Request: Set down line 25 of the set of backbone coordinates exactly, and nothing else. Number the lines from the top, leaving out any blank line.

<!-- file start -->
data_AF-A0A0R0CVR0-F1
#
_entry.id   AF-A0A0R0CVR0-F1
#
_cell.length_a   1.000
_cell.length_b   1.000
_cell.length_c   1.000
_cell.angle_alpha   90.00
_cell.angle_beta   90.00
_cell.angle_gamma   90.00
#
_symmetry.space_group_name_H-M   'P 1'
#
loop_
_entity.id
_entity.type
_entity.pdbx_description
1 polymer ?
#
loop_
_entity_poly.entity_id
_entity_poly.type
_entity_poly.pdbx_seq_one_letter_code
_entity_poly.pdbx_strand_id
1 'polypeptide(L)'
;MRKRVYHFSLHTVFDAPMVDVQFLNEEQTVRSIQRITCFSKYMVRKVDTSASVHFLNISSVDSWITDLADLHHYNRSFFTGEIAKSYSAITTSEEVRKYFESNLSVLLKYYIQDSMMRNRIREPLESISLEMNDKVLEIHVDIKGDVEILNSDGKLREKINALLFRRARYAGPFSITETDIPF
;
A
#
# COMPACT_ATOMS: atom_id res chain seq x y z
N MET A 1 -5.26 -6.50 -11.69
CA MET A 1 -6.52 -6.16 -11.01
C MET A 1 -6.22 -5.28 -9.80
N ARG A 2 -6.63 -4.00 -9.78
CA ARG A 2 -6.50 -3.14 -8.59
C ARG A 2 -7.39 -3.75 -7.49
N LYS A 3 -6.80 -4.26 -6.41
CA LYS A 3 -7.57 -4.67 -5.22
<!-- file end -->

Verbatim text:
1 'polypeptide(L)'